It's interesting, many people compare WorldStar to that of an online tabloid. Yet, as we just said, your sources are the real deal. It's all right there and that sets you guys apart from the competition. So, in that you're not a tabloid, in what category would you place the site?
I see us as an entertainment news website. We don't just cover celebrities, we cover everyday people like you and I. We give the people a look at everyone. Unlike the cable news networks on television, we don't chase a story or an event for ratings. Bizarre things are happening all over the world in communities all over, rich and poor -- we bring that to those who frequent our website, regardless of who they are.
That brings us to the user-submitted content -- it's funny, it's edgy, it's controversial, and as a result quite a bit of the content has been met with some harsh criticism. Out of the thousands of videos you guys get every day, was there ever anything that was just so bad that it gave you pause?
Yes, there have been quite a few videos that have come my way like that. Every day when people go to work, church, or where ever else they go, they put up a front and they put on a mask. Technology has given people the ability to show how they truly behave. There's always going to be something like that, in many respects it's a lot like reality TV. There are things that we receive that truly make me sad. When I say that, I mean sad from the perspective of, "Wow, these kinds of things are happening in our world." There are a quite a few things that we don't post because it's way too crazy, and sad.
As you said earlier, WSHH is an entertainment/news website that happens to also be a video aggregator. It goes without saying that you have competition in that arena. As far as video aggregators are concerned, there isn't too much of a difference in terms of what type of content WorldStar users are submitting vs. those submitting content on YouTube. You're both attracting high-profile names that use both sites as a platform to reach their fans, you both get some of what I like to refer to as the "horrors of humanity" when it comes to user-submitted content. Yet, WorldStar is targeted with the majority of the negative feedback. It's easy to come to the natural assumption, however, there is an equal possibility that it isn't that reason. If it's not that reason, then what is the reason? Why do you think that WorldStar is targeted for its user-submitted content?
It's hip-hop and anything with that name is going to be scrutinized a bit more. Whether people like it or not, we're showing the realities in which we live. People don't like the truth, and sometimes it's in your face. This country has become so obsessed with trying to deliver everything wrapped up in a nice blanket like we're in a wonderland, and we show everyone that is not the case.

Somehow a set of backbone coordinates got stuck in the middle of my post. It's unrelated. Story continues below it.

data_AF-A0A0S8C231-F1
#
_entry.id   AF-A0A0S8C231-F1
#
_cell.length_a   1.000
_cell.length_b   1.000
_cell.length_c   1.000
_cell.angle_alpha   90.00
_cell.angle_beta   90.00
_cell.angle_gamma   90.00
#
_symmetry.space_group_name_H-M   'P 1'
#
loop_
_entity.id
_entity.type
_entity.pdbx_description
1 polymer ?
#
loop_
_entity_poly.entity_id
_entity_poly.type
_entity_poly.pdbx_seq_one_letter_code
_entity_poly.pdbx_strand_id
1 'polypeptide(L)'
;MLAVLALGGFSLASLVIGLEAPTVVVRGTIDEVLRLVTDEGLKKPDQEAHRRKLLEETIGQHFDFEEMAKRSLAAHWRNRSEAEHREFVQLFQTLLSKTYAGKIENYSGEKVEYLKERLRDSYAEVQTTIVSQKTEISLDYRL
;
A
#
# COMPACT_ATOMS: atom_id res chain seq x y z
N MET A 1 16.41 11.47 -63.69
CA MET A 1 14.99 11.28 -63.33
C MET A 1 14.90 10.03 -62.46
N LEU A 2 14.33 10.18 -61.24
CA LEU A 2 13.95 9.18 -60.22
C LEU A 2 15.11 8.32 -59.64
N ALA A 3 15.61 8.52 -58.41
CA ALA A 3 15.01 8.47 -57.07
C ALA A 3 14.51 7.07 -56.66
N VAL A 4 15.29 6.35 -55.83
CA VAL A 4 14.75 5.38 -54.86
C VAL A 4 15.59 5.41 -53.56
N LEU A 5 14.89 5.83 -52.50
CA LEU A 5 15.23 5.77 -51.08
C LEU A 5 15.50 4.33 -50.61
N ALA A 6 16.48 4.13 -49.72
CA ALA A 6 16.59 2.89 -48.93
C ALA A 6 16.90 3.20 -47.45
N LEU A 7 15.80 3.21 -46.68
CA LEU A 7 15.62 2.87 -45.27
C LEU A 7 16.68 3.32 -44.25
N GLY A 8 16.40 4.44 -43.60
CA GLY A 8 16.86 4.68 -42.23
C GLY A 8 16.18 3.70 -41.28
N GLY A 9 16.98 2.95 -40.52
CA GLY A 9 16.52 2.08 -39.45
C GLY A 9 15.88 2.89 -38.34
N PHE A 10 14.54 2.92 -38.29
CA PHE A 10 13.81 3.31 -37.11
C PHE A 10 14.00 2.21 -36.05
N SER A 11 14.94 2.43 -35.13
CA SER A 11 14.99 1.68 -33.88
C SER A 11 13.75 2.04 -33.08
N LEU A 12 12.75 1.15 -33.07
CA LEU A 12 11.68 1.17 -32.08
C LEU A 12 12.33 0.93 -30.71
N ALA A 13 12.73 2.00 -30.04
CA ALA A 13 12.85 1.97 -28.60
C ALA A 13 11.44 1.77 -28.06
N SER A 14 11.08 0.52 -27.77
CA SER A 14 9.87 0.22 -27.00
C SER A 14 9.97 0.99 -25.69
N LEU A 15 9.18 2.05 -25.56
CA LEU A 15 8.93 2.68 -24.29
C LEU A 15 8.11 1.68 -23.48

I just saw a video that really showed the lighter side of WorldStar, a grandpa that was dancing better than most people half his age. I was personally jealous of his rhythm. I know that there are quite a few things like that video are on there and that WSHH as a company has done to give back. What can you tell us about that?
It's true. People seem to accentuate the negative and ignore the positive. There are plenty of positive things on our site such as that video and many acts of kindness that show the best that humanity has to offer. Our charity events that we put on, the documentary that we did about life in the Chicago hip-hop community and the violence within it.
Congratulations on the success of the documentary. I thought it was excellent.
Thank you very much.
Despite all of the criticism, WSHH is a tremendous success, and I truly believe as a source of entertainment deservedly so. What's in store for the future of WorldStarHipHop both as a site and as a brand?
We are really starting to focus on bringing our fans and followers high quality original content, such as the documentary you mentioned earlier - that's called The Field: Violence, Hip-Hop, and Hope for Chicago. We also did a really powerful documentary about the increase in deaths as a result of drunk driving, Please Pass the Keys, and I'm very proud of what we're doing to tell the stories of these people who aren't celebrities on a global scale. Earlier this year, we launched the WorldStarHipHop clothing line which is doing well. We really want to continue to connect with our fans and followers on multiple levels and I believe that we are well-poised to do just that.
Photo courtesy of the J Sharpe Agency Public Relations